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As part of CUPE’s Year of Health and Safety, each month a new profile will be published on cupe.ca highlighting the work of CUPE’s health and safety activists, celebrating health and safety victories and discussing health and safety resources available to members and locals. More information

Tanya Paterson, a CUPE health and safety advocate from the airline sector, talks about the struggles of bargaining health and safety language into collective agreements: “We have been working at the bargaining table for many months and are prioritizing health and safety language this round.”

“We need to put the health and safety language in collective agreements to inform members about their rights, as they have more access and are more likely to talk to each other about their collective agreement. We need to ensure our health and safety rights are protected and can’t be taken away by governments, much like the recent changes to crew complement onboard, and to the right to refuse that we saw back in 2013 from the previous federal government.”

As President of CUPE 4078 (employees of Air Transat Vancouver), Paterson sees the importance of achieving health and safety improvements at the bargaining table. “There are many issues that the airline division has been fighting for many years.”

This round, the Air Transat Component focused on pushing back against employer cutbacks and maintaining the flight attendant ratios onboard.  “We know that fewer flight attendants means both less safety for our passengers, but also a lower level of service, so we really focused on holding the line to the 1:40 ratio.” They also worked on better mental health protection for flight attendants. “Across the entire airline division we need longer rest periods following a critical incident so that flight attendants have the time they need to cope, and deal with the issue at hand so that they don’t develop PTSD, or other types of mental health issues,” explained Paterson.

There are other systemic issues around the ability of health and safety committees in the airline sector to participate in legislative health and safety processes. Paterson notes that across the industry, “We are very limited in the work we can do because we don’t have the time [while working] to do it. It is very frustrating because, unlike other sectors, flight attendants can’t just be pulled away from their duties to perform the functions of the committees. We need a separate process for book-off and release time. We also need to get the committee structure formalized in the collective agreement to further define the roles of the workplace and policy health and safety committees so they can effectively function.”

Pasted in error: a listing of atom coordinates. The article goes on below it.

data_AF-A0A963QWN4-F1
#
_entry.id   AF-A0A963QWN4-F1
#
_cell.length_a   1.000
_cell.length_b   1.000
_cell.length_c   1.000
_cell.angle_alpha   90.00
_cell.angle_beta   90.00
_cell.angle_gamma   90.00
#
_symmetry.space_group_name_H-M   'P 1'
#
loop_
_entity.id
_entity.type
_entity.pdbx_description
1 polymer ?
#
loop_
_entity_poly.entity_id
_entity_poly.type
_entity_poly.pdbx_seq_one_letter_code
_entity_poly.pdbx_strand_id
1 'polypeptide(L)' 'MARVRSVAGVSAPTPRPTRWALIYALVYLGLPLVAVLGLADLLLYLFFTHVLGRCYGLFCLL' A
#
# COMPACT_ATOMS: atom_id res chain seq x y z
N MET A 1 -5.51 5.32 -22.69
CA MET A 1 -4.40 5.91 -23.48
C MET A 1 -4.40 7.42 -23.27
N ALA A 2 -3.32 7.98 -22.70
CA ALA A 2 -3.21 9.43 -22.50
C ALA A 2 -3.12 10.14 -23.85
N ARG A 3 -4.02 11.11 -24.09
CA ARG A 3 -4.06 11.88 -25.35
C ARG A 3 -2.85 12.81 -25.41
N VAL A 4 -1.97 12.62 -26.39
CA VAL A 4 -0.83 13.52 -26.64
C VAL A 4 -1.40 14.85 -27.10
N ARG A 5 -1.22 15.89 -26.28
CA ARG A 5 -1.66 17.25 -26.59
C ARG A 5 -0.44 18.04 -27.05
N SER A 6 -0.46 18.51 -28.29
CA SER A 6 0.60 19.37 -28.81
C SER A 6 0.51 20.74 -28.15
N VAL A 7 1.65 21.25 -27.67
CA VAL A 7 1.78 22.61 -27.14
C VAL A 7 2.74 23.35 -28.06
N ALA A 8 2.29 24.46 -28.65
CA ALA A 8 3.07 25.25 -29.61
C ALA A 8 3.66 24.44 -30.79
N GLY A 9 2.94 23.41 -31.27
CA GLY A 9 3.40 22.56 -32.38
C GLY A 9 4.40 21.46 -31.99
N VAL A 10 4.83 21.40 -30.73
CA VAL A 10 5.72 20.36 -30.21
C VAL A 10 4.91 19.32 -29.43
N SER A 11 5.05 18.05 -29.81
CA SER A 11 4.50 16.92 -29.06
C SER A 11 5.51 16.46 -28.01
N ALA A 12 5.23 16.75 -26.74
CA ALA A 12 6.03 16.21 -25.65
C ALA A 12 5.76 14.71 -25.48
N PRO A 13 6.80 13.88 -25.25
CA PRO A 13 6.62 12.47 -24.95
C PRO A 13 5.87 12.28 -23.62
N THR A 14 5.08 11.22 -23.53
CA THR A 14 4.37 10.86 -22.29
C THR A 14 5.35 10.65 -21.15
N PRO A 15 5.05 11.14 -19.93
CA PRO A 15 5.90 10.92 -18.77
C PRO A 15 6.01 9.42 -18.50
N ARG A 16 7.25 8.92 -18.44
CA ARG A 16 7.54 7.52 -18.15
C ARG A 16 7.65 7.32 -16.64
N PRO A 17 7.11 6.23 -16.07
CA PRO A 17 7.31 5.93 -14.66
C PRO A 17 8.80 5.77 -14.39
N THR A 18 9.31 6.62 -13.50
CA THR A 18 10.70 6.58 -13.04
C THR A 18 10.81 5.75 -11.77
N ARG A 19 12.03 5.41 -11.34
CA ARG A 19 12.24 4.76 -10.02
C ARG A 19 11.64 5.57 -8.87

CUPE health and safety activists don’t just work for the benefit of CUPE members—they also create safer environments for the public. For example, members of the airline division, like Paterson, continue to fight to have federal legislation reverted back to the proven-safer ratio of one flight attendant per 40 passengers. Paterson and other CUPE members have also worked hard to obtain provisions for basic personal protective equipment and safer, more efficient ergonomic equipment on airplanes.

As a flight attendant for Air Transat, Paterson is one of approximately 9,500 members from CUPE’s airline division who works every day to keep us safe while flying. In addition to being president of her local, Paterson is a Regional Vice President on the CUPE BC executive board, Co-Chair of the Airline Division’s Political Action committee, and a member of the National Political Action committee.

In her local, and within the Air Transat Component of CUPE, Paterson continues to work with the health and safety policy committee. She remembers how she got her start with the local: “Health and safety is where I really got my passion for union work. It felt great to be a health and safety rep after I was asked to join the committee by the local president at the time.”

“Of course we need to fight for legislation that promotes fair, equitable and safe working conditions, but we are never sure if the government is going to deliver on its promises. We’ve been fighting for the last 10 years just to keep what we have, and have not been able to acquire more. With the new government, we hope that reductions to health and safety of the last government will be repealed, improvements will be made, and that workplace health and safety as a whole will be prioritized.”